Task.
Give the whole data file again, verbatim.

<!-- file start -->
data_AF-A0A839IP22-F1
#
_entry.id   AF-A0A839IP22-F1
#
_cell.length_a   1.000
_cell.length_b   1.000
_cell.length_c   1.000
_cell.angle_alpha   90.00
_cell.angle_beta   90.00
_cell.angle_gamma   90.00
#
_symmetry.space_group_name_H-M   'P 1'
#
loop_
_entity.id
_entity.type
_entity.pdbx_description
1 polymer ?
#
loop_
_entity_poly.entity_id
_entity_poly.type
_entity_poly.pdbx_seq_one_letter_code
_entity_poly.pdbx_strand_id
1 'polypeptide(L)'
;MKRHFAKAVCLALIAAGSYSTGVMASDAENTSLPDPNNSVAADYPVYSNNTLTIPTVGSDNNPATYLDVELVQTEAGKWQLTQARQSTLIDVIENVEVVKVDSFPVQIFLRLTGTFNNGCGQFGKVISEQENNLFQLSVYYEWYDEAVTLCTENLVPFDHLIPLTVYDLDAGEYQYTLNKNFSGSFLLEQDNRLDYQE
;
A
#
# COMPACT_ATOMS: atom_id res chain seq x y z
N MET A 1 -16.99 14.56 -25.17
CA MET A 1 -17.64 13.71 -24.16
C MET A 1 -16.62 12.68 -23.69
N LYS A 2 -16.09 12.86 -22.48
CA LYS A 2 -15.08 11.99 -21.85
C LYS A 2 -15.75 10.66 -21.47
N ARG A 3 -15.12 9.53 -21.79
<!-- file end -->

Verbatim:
data_AF-A0A839IP22-F1
#
_entry.id   AF-A0A839IP22-F1
#
_cell.length_a   1.000
_cell.length_b   1.000
_cell.length_c   1.000
_cell.angle_alpha   90.00
_cell.angle_beta   90.00
_cell.angle_gamma   90.00
#
_symmetry.space_group_name_H-M   'P 1'
#
loop_
_entity.id
_entity.type
_entity.pdbx_description
1 polymer ?
#
loop_
_entity_poly.entity_id
_entity_poly.type
_entity_poly.pdbx_seq_one_letter_code
_entity_poly.pdbx_strand_id
1 'polypeptide(L)'
;MKRHFAKAVCLALIAAGSYSTGVMASDAENTSLPDPNNSVAADYPVYSNNTLTIPTVGSDNNPATYLDVELVQTEAGKWQLTQARQSTLIDVIENVEVVKVDSFPVQIFLRLTGTFNNGCGQFGKVISEQENNLFQLSVYYEWYDEAVTLCTENLVPFDHLIPLTVYDLDAGEYQYTLNKNFSGSFLLEQDNRLDYQE
;
A
#
# COMPACT_ATOMS: atom_id res chain seq x y z
N MET A 1 -16.99 14.56 -25.17
CA MET A 1 -17.64 13.71 -24.16
C MET A 1 -16.62 12.68 -23.69
N LYS A 2 -16.09 12.86 -22.48
CA LYS A 2 -15.08 11.99 -21.85
C LYS A 2 -15.75 10.66 -21.47
N ARG A 3 -15.12 9.53 -21.79